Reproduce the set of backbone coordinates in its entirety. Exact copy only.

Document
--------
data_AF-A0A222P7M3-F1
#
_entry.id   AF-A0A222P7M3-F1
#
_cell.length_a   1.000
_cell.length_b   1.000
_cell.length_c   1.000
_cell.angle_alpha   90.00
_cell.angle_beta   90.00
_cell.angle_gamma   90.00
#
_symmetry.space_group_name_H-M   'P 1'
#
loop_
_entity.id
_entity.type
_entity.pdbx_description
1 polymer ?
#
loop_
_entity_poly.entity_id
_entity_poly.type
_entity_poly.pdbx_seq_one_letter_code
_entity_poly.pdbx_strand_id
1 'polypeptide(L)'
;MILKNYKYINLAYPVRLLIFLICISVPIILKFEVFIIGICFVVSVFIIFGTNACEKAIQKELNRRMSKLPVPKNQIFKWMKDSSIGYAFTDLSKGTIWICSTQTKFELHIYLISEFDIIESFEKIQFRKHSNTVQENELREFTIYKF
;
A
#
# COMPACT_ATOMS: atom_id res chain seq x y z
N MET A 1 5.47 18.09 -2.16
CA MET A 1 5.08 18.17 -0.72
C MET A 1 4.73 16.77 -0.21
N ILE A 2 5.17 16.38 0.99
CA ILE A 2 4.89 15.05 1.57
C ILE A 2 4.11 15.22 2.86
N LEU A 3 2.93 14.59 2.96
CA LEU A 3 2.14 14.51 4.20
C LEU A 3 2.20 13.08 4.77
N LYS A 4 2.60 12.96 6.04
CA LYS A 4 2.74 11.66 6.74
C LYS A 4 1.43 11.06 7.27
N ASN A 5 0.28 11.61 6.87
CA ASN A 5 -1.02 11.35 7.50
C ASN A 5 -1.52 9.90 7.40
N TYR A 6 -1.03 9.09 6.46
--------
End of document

data_AF-A0A222P7M3-F1
#
_entry.id   AF-A0A222P7M3-F1
#
_cell.length_a   1.000
_cell.length_b   1.000
_cell.length_c   1.000
_cell.angle_alpha   90.00
_cell.angle_beta   90.00
_cell.angle_gamma   90.00
#
_symmetry.space_group_name_H-M   'P 1'
#
loop_
_entity.id
_entity.type
_entity.pdbx_description
1 polymer ?
#
loop_
_entity_poly.entity_id
_entity_poly.type
_entity_poly.pdbx_seq_one_letter_code
_entity_poly.pdbx_strand_id
1 'polypeptide(L)'
;MILKNYKYINLAYPVRLLIFLICISVPIILKFEVFIIGICFVVSVFIIFGTNACEKAIQKELNRRMSKLPVPKNQIFKWMKDSSIGYAFTDLSKGTIWICSTQTKFELHIYLISEFDIIESFEKIQFRKHSNTVQENELREFTIYKF
;
A
#
# COMPACT_ATOMS: atom_id res chain seq x y z
N MET A 1 5.47 18.09 -2.16
CA MET A 1 5.08 18.17 -0.72
C MET A 1 4.73 16.77 -0.21
N ILE A 2 5.17 16.38 0.99
CA ILE A 2 4.89 15.05 1.57
C ILE A 2 4.11 15.22 2.86
N LEU A 3 2.93 14.59 2.96
CA LEU A 3 2.14 14.51 4.20
C LEU A 3 2.20 13.08 4.77
N LYS A 4 2.60 12.96 6.04
CA LYS A 4 2.74 11.66 6.74
C LYS A 4 1.43 11.06 7.27
N ASN A 5 0.28 11.61 6.87
CA ASN A 5 -1.02 11.35 7.50
C ASN A 5 -1.52 9.90 7.40
N TYR A 6 -1.03 9.09 6.46